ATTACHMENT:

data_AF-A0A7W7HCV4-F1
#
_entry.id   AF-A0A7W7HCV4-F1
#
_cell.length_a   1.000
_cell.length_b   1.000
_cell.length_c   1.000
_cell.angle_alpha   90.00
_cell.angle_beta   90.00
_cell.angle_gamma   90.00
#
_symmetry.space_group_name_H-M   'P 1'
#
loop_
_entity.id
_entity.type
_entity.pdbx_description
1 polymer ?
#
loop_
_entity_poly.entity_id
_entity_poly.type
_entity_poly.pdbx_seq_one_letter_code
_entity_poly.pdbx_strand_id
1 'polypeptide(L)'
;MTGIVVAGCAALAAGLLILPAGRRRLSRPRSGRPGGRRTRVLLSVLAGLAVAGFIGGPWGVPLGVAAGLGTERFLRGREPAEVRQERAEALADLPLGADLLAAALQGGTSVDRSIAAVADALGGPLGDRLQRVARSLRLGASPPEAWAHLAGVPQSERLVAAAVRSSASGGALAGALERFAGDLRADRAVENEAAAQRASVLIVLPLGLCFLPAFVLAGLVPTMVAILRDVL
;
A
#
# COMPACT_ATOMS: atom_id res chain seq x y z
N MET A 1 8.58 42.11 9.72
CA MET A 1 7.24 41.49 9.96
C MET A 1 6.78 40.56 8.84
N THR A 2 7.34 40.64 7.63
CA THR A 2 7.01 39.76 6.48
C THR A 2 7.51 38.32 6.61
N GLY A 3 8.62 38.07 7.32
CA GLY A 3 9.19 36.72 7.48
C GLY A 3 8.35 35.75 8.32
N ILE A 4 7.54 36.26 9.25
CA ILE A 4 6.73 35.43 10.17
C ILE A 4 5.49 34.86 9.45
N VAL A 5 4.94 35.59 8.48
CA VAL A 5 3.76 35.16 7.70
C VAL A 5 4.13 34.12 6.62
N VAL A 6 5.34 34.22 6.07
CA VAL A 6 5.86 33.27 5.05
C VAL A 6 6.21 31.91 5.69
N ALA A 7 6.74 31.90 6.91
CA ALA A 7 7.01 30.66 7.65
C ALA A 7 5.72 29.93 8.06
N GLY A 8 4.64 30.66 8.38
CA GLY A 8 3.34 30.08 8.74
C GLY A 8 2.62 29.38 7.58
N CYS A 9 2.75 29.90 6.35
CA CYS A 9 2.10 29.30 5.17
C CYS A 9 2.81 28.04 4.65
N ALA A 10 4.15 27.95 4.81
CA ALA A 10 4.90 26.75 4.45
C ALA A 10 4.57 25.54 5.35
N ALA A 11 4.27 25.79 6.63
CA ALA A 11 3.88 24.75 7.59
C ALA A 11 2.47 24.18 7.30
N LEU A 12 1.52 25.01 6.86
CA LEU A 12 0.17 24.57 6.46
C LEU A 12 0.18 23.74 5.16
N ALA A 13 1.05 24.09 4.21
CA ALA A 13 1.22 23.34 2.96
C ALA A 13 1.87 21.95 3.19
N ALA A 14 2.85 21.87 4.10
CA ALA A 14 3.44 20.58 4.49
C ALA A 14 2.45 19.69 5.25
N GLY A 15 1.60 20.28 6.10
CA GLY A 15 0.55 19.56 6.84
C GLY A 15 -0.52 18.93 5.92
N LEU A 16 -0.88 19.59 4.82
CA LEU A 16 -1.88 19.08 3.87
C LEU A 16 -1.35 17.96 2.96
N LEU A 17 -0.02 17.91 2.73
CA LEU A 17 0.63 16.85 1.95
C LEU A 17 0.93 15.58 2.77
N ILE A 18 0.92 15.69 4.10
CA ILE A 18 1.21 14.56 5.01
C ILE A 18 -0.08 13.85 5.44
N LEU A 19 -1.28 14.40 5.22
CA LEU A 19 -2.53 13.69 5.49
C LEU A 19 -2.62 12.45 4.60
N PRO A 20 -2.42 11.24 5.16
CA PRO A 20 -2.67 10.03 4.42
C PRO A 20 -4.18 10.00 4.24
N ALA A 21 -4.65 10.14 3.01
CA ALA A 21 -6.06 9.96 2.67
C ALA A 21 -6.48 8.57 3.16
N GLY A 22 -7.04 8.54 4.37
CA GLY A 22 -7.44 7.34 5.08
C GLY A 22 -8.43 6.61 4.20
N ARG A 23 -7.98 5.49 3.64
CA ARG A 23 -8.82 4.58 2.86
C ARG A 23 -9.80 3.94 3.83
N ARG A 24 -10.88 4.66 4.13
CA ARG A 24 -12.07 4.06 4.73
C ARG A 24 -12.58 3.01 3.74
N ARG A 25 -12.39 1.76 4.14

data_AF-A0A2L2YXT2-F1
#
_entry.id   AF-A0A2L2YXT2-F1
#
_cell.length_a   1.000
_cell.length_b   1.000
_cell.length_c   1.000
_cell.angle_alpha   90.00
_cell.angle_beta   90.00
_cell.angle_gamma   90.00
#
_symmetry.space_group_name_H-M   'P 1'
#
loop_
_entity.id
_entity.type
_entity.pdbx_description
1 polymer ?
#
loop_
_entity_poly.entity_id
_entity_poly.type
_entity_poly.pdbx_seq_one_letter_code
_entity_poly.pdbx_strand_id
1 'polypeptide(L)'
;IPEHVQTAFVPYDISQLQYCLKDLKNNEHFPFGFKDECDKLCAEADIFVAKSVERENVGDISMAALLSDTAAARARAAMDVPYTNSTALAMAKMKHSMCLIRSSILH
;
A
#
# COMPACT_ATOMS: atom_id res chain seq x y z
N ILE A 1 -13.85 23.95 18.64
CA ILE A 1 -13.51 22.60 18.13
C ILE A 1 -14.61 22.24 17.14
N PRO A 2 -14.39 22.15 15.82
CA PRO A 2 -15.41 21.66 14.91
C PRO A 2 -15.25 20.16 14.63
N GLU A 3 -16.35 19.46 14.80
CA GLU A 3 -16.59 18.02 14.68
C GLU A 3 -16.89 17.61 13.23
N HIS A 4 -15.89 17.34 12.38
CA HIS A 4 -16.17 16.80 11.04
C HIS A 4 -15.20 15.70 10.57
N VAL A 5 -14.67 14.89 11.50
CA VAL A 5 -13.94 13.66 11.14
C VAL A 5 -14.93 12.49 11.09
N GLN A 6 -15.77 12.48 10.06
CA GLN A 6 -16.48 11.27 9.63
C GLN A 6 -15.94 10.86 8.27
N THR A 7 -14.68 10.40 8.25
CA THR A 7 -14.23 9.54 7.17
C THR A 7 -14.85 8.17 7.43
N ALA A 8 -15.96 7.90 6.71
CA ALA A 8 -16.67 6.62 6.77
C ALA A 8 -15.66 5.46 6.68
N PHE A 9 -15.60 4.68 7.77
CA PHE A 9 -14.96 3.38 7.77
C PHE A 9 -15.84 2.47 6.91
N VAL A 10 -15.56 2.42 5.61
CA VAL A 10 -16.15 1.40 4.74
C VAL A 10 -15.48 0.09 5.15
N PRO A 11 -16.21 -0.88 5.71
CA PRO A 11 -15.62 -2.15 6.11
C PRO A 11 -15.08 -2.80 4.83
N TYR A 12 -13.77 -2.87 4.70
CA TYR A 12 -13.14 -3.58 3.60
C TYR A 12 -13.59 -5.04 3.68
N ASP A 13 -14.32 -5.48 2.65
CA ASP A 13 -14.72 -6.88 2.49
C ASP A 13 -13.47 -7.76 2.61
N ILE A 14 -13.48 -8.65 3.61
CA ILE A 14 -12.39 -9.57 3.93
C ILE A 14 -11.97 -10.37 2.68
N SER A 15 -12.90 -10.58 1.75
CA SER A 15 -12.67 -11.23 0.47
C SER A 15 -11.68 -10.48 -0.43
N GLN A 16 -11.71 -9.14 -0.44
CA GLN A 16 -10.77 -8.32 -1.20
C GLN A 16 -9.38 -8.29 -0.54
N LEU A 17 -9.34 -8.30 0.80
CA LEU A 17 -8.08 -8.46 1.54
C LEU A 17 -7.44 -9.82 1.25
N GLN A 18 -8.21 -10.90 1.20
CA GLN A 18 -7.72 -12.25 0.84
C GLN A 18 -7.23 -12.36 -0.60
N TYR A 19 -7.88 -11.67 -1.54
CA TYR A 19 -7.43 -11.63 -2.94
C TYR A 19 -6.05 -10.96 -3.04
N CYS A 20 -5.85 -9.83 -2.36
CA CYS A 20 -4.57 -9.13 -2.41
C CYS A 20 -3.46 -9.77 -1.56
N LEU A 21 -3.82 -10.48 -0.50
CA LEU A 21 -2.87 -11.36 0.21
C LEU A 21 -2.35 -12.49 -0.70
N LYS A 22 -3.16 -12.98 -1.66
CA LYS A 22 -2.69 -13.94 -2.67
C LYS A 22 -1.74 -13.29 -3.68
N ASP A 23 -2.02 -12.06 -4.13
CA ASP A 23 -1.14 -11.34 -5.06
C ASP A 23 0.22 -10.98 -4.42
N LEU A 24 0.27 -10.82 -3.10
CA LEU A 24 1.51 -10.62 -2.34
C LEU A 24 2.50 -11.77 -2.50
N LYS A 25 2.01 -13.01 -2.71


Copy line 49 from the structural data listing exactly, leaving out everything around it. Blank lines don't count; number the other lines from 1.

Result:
N ALA A 7 6.74 31.90 6.91